Last Tuesday afternoon, a young woman crashed her electric car on a Brandenburg road. The 19-year-old got off the road, overturned and crashed into a tree – the vehicle caught fire. The fire brigade could no longer save the driver from the car – and immediately complained about the lack of training, as reported by the “Märkische Oderzeitung” (MOZ). “What happens when high-voltage parts are live, how dangerous are the comrades. You have to ask yourself these questions, ”quotes the“ MOZ ”, the head of the Groß Kreutz municipal fire department, Kristian Titsch.
The lithium used in the batteries ensures a particularly hot, rapidly spreading fire. In addition, the drive of the car can not be seen at first glance, which makes it difficult to act depending on the situation, says Titsch. While conventional vehicles could be extinguished with hose and water, this would not be possible due to the potentially live parts of burning electric cars. According to Titsch, burning electric cars would have to be lifted into a water tank by a crane – that would cost valuable time.
Christian Emrich is a professional firefighter in Munich and sees it differently. In a video, the “Coordinator for the recommendation on risk assessment for Li-ion storage media” explains that e-car fires should be handled in exactly the same way as fires in cars with combustion engines – although the amounts of water could differ.
In addition, the automobile club ADAC writes in its message “How safe are electric cars in the event of a fire, accident or breakdown?” That the risk of a fire in e-cars is “comparatively low” because the high-voltage system is normally “immediately switched off in the event of an accident “.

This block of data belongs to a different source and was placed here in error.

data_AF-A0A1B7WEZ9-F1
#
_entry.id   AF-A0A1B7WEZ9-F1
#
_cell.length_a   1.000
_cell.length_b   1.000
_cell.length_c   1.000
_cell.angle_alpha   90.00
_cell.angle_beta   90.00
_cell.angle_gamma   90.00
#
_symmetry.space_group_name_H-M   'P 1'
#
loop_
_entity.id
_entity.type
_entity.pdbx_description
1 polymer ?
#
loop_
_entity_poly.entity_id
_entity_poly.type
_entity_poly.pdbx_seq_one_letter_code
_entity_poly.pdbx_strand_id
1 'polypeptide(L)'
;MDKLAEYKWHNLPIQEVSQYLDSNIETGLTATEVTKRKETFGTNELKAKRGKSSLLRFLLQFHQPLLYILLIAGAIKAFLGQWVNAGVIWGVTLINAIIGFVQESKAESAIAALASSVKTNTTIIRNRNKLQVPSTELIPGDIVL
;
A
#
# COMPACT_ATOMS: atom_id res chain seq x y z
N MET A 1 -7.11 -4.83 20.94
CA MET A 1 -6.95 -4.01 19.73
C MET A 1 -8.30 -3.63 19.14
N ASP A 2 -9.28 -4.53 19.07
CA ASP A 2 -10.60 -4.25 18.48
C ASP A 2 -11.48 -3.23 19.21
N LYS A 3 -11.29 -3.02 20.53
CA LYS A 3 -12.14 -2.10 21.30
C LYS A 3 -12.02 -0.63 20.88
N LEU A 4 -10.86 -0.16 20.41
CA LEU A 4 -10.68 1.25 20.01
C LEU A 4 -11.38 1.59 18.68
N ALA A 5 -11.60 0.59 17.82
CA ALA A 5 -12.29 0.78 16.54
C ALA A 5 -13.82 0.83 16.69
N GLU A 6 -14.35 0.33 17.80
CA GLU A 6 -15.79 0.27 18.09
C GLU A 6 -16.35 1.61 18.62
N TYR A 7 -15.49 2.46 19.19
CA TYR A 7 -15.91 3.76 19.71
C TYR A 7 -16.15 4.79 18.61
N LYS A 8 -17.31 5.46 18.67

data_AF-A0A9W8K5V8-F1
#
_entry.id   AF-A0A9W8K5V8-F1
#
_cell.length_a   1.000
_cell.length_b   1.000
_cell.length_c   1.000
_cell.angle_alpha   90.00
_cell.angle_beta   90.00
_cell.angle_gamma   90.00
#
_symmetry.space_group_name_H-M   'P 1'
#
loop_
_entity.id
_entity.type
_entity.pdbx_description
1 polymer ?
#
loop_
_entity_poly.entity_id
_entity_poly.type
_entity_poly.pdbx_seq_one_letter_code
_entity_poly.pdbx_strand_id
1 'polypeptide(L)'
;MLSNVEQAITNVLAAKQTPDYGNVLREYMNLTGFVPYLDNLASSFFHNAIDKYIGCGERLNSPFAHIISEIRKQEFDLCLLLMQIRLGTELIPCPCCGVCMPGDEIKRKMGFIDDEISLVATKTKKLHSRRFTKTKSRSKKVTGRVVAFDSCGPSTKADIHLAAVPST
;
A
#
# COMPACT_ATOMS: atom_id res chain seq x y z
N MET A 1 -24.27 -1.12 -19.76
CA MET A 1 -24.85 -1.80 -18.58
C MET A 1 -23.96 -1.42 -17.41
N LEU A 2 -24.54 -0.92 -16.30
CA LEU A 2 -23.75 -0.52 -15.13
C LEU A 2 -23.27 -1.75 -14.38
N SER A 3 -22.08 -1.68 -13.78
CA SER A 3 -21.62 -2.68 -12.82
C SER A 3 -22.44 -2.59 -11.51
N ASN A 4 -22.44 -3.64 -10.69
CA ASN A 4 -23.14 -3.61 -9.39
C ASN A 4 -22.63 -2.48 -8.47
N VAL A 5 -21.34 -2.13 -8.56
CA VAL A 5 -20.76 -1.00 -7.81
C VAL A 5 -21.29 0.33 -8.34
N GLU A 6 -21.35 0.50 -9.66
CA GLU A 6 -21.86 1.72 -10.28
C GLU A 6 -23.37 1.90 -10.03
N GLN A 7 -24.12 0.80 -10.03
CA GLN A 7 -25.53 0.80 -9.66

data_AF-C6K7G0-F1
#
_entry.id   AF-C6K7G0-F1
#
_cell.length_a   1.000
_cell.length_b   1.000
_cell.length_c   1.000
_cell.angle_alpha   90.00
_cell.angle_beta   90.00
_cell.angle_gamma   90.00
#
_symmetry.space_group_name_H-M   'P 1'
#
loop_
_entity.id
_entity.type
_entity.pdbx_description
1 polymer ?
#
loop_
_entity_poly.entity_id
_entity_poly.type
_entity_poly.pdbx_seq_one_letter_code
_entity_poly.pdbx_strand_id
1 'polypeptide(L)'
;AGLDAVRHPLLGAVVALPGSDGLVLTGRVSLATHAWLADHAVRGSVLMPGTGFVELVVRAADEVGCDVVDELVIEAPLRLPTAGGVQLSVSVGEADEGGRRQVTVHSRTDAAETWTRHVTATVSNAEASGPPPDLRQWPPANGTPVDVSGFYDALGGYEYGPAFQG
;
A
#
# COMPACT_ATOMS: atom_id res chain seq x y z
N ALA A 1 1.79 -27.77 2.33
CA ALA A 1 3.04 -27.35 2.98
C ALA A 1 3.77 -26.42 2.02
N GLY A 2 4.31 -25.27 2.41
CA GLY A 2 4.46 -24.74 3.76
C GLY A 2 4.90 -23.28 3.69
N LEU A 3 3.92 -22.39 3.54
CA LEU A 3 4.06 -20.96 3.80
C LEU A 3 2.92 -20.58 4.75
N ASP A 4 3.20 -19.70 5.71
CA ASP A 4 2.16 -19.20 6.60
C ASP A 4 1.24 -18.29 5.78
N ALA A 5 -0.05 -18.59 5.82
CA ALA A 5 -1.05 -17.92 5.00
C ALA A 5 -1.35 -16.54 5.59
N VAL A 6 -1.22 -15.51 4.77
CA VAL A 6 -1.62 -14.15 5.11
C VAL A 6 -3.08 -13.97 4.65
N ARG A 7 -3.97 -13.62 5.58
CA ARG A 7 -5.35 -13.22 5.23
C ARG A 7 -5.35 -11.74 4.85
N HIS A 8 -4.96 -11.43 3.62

If the protective mechanisms are effective, there is no increased fire risk. However, if these do not grip and the battery is damaged in a serious accident, there is a risk of a so-called thermal runaway.
Thermal Runaway: Extinguishing is only possible with plenty of water
The incident on Tuesday afternoon was such a serious accident and probably led to a thermal runaway, in which the battery is deformed as a result of a serious accident and is therefore impaired. “In the worst case, the cells in the drive battery can ‘run through'”, as the ADAC writes. This leads to a battery fire that can only be extinguished with a lot of water.
“Ultimately, such extinguishing can only be achieved by cooling for many hours in a closed container with water,” says Frank Kliem, Vice President of the Brandenburg State Fire Brigade Association. “In actual use in Groß Kreutz, it took until yesterday for the vehicle battery in the container to stop responding.”
“A lot of unfortunate circumstances came together here,” said Kliem. “Any other vehicle that would have crashed so far would certainly not have turned out differently for the person concerned,” believes Kiem, who has been active in the volunteer fire department since 1979.
A crash test comparison by the ADAC, in which the automobile club installed an electric VW e-up! with a normal VW up! compared – the result: Both vehicles received the full score of five stars.
Kliem firmly rejects allegations against the car manufacturers. Although the “innovations in the technology sector would increase day by day”, the safety requirements of these technical changes would be guaranteed by the car manufacturers. “The carmakers are behind and provide us with data sheets for the large number of different vehicles.” In an emergency, the fire brigade can “call up” the information that may be on fire in order to be able to extinguish the fire according to the situation.
The batteries of electric cars are also adequately protected against such fires. The Tuesday afternoon accident was an “isolated case”. The Vice President of the Brandenburg State Fire Brigade Association cannot understand the fear that would now be fueled. “It was the very first deployment in such an accident that the fire department in Groß Kreutz had to approach.”